The UK’s position within the international community has become somewhat uncertain since its decision to leave the EU this summer. As long as the government continues to pursue its domestic climate agenda, EU officials say it will not be sidelined at the international talks currently ongoing in Marrakech, however.
The UK has traditionally been seen as a climate leader within the bloc. But since June’s referendum, the country’s climate policy has been in a state of flux.
It has delayed the release of a consultation on a promised coal phase-out, is yet to release its new plan to meet the UK’s emission reduction commitments, and hasn’t detailed how it will enshrine key goals from the Paris Agreement in UK law.
Experts today urged lawmakers to stay strong in the face of industry lobbying to weaken the UK’s climate policies and environmental regulations as part of a ‘hard’ Brexit.
The comments were made at an oral evidence session of the House of Lords’ EU Energy and Environment sub-committee. The committee is conducting an inquiry entitled ‘Brexit: environment and climate change’ to inform a report due in early 2017.
Professor Michael Grubb from University College London told Lords that he is increasingly aware of a narrative that Britain is desperate for foreign investment and will do anything to make itself industry friendly.
Climate science denial group, the Global Warming Policy Forum (GWPF), has told Lords that the government should conduct a “wholesale re-evaluation of its decarbonisation policies”, “urgently amend the Fifth Carbon Budget”, and reconsider “all relevant EU legislation” in the wake of Brexit.
Of the 64 written submissions to an inquiry by the House of Lords’ Economic Affairs Committee, the GWPF’s was the only one to suggest Brexit should lead the government to revise the UK’s climate plans.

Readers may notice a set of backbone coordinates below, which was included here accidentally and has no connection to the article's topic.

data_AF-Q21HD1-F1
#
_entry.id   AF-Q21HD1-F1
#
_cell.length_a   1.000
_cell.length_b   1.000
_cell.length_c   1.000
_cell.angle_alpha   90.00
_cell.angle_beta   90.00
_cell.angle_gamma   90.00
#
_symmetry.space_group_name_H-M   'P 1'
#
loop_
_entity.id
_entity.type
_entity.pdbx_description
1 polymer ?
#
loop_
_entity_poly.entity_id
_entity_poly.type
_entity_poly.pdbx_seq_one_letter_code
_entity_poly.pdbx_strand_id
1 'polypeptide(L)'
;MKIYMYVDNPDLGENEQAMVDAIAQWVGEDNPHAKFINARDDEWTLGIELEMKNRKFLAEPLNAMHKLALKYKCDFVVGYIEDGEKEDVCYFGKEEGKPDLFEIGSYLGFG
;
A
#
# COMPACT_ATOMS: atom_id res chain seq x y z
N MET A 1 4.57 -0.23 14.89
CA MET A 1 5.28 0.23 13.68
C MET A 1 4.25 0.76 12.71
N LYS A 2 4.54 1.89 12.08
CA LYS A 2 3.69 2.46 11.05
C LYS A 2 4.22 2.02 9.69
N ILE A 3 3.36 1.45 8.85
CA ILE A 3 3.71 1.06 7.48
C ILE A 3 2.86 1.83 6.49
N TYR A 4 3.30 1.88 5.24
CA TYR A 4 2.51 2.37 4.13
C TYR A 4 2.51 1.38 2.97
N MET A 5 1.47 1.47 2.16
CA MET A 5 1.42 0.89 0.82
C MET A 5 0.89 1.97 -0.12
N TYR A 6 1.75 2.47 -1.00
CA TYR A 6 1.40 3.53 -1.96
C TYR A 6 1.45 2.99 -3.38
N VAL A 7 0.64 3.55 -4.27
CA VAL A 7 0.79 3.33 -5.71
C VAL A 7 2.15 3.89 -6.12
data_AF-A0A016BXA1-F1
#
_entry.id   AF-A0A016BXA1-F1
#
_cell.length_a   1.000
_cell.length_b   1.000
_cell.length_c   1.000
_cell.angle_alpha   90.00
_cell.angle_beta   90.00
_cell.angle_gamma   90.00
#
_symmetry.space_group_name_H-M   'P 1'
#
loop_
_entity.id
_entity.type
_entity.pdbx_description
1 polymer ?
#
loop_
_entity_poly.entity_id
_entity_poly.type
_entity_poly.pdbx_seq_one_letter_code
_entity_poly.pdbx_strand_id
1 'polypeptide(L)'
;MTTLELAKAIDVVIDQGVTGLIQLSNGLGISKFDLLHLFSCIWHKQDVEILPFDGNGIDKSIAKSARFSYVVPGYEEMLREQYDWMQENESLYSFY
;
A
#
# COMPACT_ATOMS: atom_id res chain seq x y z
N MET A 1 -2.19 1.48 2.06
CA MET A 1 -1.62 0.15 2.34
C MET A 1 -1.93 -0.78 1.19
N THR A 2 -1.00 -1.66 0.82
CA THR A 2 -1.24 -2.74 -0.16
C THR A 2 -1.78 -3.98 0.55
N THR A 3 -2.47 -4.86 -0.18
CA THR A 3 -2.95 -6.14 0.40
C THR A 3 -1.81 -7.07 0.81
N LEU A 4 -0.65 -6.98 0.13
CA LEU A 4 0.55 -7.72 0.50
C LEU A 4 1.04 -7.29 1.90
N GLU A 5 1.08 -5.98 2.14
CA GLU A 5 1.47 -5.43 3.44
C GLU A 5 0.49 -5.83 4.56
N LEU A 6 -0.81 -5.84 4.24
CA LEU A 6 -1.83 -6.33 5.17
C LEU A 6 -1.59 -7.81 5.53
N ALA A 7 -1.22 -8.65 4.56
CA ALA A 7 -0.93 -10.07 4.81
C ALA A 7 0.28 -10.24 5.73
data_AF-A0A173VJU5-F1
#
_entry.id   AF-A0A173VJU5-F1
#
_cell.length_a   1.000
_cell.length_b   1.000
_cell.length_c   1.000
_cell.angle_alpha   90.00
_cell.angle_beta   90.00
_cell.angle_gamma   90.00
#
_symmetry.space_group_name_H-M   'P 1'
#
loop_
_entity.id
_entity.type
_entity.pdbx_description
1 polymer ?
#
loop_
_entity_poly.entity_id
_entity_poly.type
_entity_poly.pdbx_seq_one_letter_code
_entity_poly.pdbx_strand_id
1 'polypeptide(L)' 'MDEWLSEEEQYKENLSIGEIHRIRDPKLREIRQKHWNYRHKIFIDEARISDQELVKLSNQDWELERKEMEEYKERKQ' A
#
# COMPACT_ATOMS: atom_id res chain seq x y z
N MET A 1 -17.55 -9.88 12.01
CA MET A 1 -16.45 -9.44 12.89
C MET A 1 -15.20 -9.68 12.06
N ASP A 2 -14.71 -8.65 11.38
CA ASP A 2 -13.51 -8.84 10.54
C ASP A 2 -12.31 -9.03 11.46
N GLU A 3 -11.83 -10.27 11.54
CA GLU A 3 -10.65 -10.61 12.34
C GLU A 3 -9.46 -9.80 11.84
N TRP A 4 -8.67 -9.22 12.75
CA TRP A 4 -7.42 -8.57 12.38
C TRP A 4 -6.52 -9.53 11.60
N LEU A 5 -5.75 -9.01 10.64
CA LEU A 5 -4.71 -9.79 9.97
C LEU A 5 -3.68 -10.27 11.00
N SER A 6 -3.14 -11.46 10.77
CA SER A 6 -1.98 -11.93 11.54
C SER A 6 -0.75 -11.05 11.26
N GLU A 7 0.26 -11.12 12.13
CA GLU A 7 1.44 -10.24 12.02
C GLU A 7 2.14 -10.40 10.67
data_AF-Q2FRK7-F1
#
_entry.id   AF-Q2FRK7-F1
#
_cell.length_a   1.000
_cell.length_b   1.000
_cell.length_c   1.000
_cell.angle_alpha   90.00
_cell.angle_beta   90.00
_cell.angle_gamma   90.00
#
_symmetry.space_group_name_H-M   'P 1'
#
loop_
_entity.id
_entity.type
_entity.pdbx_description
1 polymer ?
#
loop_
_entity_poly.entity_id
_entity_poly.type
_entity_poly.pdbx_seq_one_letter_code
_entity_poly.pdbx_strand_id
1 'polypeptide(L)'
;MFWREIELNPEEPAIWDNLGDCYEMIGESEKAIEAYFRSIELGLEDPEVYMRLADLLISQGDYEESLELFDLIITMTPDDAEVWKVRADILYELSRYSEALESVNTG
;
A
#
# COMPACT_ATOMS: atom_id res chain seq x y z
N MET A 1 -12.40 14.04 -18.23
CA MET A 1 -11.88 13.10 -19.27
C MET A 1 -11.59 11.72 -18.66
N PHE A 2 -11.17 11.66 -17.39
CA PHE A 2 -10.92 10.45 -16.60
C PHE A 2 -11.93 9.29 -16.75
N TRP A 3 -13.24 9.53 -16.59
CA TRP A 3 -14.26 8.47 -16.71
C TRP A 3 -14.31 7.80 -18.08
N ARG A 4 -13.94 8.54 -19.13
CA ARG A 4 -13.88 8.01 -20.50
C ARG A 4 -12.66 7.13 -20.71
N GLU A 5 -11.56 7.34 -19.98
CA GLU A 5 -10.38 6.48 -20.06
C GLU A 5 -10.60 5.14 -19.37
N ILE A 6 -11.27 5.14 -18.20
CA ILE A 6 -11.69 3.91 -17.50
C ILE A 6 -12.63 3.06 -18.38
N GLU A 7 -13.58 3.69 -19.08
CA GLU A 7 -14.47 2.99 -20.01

The committee is conducting a post-Brexit inquiry into “The Economics of UK Energy Policy”. It was accepting written evidence until September 30, and will continue to gather oral evidence over the coming weeks for a report due in 2017.
The British public remains staunchly opposed to fracking, despite the government’s best efforts to back the fledgling industry.
New government figures show only 17 percent of the British public supports the practice, while 33 percent of respondents say they are against it.
That’s the lowest level of support for fracking since the government’s own survey began.
The findings mirror another recent poll that shows the public is hardening its opposition to shale gas extraction.
Experts today urged lawmakers to take care filling a void in the UK’s environmental laws that could occur if the government pursues a ‘hard Brexit’.
The comments were made at an oral evidence session of the House of Lords’ EU Energy and Environment sub-committee. The committee has begun an inquiry entitled ‘Brexit: environment and climate change’ to inform a report due in early 2017.
Professor Maria Lee from University College London told Lords that if the UK pursues a full departure from the EU, “there will be an enormous gap which EU primary legislation currently fills.”
Imagine this scenario: a group of Texas secessionists travel to Europe to spread the word of ‘Texit’.
This is what happened last week. The Texas Nationalist Movement visited England and France to “offer advice and perspective on the right of self-determination and peaceful independence”.
As the group’s website reads: “TNM greatly appreciates that our opinion is valued by our liberty-minded friends in Europe.”
Spurred on by the successful Brexit vote this past summer, the Texit movement — championed by climate science denier Christopher Monckton — now hopes to inspire and advise similar movements in France, Greece, and Spain.
This cross-Atlantic cooperation highlights the growing network between British and American euro-climate sceptics.